Penn reminds me of that type of jackass that we've all met at some point, who would rather make cheap smart ass comments about republicans then actually think/talk about anything of substance. (I swear, the college democrats must breed these people, Rahul knows what I'm talking about)

Just look a the way he responds to Joe Trippi calling him out. Penn uses the mature and classy debating style of "We never intended to bring up the cocaine issue"(which is about as subtle as the joke example of a loaded question: "So, do you still beat your wife?")

To finish it off, he comes back at Trippi with the ever mature response of "I think you're saying cocaine, I think you're saying it".

Mark Penn. As always, a class act.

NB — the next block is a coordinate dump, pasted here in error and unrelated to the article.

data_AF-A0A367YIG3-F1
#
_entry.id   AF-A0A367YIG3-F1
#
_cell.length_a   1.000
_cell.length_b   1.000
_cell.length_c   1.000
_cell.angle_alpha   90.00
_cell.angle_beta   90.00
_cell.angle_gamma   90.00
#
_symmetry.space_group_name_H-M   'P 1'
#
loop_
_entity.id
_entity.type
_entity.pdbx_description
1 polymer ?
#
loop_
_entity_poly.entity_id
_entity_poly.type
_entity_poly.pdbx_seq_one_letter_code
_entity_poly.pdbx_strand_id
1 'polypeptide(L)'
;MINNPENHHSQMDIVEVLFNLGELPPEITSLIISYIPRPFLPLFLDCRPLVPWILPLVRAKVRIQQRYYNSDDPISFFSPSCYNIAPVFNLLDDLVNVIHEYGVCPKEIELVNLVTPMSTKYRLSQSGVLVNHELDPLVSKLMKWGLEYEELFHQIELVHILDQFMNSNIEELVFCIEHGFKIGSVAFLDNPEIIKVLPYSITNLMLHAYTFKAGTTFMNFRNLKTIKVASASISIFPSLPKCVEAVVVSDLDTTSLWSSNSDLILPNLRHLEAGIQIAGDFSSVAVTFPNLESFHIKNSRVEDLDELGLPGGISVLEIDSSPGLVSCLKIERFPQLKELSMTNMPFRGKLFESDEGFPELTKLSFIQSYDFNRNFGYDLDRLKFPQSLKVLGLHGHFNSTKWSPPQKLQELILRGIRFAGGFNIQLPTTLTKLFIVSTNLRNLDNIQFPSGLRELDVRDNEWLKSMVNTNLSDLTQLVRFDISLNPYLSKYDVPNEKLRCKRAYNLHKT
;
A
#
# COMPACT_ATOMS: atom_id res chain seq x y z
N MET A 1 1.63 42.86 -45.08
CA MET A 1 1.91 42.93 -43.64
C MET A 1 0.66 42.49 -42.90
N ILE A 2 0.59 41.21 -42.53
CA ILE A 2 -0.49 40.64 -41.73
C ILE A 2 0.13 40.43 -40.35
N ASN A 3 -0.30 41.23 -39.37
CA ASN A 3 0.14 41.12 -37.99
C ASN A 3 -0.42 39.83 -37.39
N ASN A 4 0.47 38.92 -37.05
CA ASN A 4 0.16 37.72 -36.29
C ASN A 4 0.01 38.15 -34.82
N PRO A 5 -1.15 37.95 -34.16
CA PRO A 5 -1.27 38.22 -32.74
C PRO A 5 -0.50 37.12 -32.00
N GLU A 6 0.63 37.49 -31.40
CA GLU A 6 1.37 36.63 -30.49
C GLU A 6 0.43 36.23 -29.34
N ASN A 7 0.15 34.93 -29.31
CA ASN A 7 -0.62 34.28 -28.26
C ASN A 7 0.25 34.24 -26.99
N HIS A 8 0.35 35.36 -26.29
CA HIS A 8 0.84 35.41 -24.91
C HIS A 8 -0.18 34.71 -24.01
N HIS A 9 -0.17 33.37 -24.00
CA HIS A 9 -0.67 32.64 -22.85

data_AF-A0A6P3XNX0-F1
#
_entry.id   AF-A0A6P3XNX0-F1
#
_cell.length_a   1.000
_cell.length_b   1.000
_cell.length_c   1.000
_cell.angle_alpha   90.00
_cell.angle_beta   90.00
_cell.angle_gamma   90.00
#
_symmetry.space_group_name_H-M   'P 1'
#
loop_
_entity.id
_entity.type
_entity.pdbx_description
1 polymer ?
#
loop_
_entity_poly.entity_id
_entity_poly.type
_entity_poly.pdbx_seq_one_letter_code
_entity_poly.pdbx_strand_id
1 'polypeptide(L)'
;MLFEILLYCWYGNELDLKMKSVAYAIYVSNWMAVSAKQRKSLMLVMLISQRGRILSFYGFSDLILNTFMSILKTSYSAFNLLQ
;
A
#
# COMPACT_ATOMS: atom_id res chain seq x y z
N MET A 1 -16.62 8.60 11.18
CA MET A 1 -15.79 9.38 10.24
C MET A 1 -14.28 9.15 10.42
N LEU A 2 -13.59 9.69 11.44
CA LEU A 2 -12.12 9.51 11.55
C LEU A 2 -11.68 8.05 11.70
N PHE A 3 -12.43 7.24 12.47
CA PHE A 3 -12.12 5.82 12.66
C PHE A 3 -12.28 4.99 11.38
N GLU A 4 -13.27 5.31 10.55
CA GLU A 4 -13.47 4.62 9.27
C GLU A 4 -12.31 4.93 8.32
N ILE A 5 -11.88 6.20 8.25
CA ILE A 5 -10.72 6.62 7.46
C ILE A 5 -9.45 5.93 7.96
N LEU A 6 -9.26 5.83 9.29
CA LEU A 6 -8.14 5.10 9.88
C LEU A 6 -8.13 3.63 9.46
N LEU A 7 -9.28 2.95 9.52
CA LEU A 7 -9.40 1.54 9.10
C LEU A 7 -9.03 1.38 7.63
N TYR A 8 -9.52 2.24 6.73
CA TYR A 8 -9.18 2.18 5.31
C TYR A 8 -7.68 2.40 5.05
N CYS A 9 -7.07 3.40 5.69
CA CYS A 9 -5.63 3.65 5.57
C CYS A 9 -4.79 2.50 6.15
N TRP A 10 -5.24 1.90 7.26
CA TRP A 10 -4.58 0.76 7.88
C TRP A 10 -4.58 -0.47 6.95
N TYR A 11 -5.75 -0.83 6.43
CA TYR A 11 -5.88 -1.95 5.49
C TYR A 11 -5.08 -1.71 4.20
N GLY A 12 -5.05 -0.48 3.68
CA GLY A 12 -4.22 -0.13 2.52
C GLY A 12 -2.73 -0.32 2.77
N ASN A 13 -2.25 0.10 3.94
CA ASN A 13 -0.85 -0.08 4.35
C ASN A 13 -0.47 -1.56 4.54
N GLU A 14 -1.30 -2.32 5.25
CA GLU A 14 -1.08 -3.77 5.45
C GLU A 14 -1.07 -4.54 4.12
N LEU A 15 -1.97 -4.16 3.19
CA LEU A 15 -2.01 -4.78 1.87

Wednesday, December 12, 2007

Where we go from here

What he said:
What strikes me at the moment is just how devoid of true, inspirational leaders the current party is. We've got nobody, at least not that is a household name. Kennedy? A longtime liberal and a fine speaker, but hasn't been able to accomplish a whole lot. Byrd made some fine speeches a few years ago, but between those speeches he's always been erratic at best. Reid seems like he's so miserable in the majority that he wants to just crawl under a rock, and I can't tell if Pelosi is being screwed by her subordinates, is screwing them, both, neither, is being screwed by the conservative Dems, or is suffering from something entirely different that I can't even grasp, but in her role as Democratic leader she is about as inspirational as a bowl of room temperature soup.